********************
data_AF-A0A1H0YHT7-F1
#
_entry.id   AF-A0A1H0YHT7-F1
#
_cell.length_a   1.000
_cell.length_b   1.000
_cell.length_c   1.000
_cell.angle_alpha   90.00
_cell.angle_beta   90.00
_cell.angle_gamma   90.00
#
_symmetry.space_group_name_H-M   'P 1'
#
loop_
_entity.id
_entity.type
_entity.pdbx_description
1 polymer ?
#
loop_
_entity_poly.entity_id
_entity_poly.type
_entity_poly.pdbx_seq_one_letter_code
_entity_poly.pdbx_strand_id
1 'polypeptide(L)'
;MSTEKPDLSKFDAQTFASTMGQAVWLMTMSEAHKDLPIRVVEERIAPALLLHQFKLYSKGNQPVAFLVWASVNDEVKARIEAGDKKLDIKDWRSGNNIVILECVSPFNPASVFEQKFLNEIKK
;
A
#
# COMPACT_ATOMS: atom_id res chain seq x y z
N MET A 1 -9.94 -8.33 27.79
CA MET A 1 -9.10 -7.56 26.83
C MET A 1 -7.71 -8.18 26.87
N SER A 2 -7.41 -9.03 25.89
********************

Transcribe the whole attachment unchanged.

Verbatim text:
data_AF-A0A1H0YHT7-F1
#
_entry.id   AF-A0A1H0YHT7-F1
#
_cell.length_a   1.000
_cell.length_b   1.000
_cell.length_c   1.000
_cell.angle_alpha   90.00
_cell.angle_beta   90.00
_cell.angle_gamma   90.00
#
_symmetry.space_group_name_H-M   'P 1'
#
loop_
_entity.id
_entity.type
_entity.pdbx_description
1 polymer ?
#
loop_
_entity_poly.entity_id
_entity_poly.type
_entity_poly.pdbx_seq_one_letter_code
_entity_poly.pdbx_strand_id
1 'polypeptide(L)'
;MSTEKPDLSKFDAQTFASTMGQAVWLMTMSEAHKDLPIRVVEERIAPALLLHQFKLYSKGNQPVAFLVWASVNDEVKARIEAGDKKLDIKDWRSGNNIVILECVSPFNPASVFEQKFLNEIKK
;
A
#
# COMPACT_ATOMS: atom_id res chain seq x y z
N MET A 1 -9.94 -8.33 27.79
CA MET A 1 -9.10 -7.56 26.83
C MET A 1 -7.71 -8.18 26.87
N SER A 2 -7.41 -9.03 25.89